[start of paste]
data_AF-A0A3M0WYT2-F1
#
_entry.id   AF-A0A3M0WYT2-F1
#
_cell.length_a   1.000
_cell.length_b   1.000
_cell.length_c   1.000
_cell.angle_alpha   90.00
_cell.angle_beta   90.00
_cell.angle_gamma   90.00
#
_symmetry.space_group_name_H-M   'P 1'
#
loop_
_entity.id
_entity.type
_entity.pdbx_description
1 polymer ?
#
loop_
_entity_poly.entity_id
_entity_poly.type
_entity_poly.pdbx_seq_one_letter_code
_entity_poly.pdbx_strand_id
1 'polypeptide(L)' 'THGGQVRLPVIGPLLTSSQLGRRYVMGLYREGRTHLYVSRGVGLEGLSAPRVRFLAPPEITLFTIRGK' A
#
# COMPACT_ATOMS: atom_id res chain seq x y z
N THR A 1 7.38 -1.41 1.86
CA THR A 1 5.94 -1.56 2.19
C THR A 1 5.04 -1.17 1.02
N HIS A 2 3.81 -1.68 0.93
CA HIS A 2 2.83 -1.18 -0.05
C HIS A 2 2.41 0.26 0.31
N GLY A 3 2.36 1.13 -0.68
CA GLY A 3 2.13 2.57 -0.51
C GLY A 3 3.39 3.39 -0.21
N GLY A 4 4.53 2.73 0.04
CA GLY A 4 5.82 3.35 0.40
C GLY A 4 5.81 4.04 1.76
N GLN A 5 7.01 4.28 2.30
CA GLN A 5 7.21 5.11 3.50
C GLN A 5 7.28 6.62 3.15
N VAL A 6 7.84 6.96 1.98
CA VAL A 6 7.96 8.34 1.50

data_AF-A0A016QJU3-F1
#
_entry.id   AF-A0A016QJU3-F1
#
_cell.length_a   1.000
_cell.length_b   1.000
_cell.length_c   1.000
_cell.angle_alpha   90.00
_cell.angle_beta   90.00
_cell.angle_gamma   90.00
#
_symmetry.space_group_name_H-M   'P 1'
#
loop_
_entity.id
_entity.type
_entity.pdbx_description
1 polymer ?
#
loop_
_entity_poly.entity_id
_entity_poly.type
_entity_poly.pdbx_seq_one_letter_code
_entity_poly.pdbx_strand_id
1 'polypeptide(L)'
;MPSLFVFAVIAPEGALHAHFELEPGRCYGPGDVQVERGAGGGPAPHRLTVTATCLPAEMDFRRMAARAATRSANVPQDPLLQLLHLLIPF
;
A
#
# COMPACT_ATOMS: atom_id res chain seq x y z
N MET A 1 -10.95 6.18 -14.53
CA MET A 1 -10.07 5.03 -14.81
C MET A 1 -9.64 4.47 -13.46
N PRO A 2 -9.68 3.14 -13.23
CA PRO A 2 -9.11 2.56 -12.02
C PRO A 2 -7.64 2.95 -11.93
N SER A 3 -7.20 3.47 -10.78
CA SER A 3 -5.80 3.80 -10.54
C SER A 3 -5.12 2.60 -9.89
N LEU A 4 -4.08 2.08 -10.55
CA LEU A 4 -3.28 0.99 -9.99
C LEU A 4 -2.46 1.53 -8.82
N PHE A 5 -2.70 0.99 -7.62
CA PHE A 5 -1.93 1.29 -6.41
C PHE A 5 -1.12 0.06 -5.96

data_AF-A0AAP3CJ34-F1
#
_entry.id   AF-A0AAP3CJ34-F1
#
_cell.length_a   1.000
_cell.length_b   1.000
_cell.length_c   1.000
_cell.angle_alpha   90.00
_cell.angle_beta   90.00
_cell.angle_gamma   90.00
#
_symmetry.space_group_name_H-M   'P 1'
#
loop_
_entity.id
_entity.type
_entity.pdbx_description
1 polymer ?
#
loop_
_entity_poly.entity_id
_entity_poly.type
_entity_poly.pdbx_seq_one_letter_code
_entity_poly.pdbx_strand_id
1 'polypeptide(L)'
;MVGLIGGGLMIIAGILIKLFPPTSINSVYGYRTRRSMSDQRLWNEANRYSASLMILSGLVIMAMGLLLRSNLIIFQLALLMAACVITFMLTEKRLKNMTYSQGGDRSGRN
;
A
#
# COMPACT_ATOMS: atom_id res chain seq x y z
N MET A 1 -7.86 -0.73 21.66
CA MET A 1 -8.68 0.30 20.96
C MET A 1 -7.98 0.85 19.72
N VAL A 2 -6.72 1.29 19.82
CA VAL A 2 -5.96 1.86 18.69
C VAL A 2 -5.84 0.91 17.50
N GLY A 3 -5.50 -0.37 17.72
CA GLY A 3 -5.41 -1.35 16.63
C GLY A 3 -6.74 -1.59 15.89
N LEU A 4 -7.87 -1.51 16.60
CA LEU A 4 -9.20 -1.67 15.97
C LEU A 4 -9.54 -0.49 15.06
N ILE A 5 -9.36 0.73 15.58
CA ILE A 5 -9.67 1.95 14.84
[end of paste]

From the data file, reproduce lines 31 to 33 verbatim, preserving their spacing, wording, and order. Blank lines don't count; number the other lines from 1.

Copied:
N HIS A 2 3.81 -1.68 0.93
CA HIS A 2 2.83 -1.18 -0.05
C HIS A 2 2.41 0.26 0.31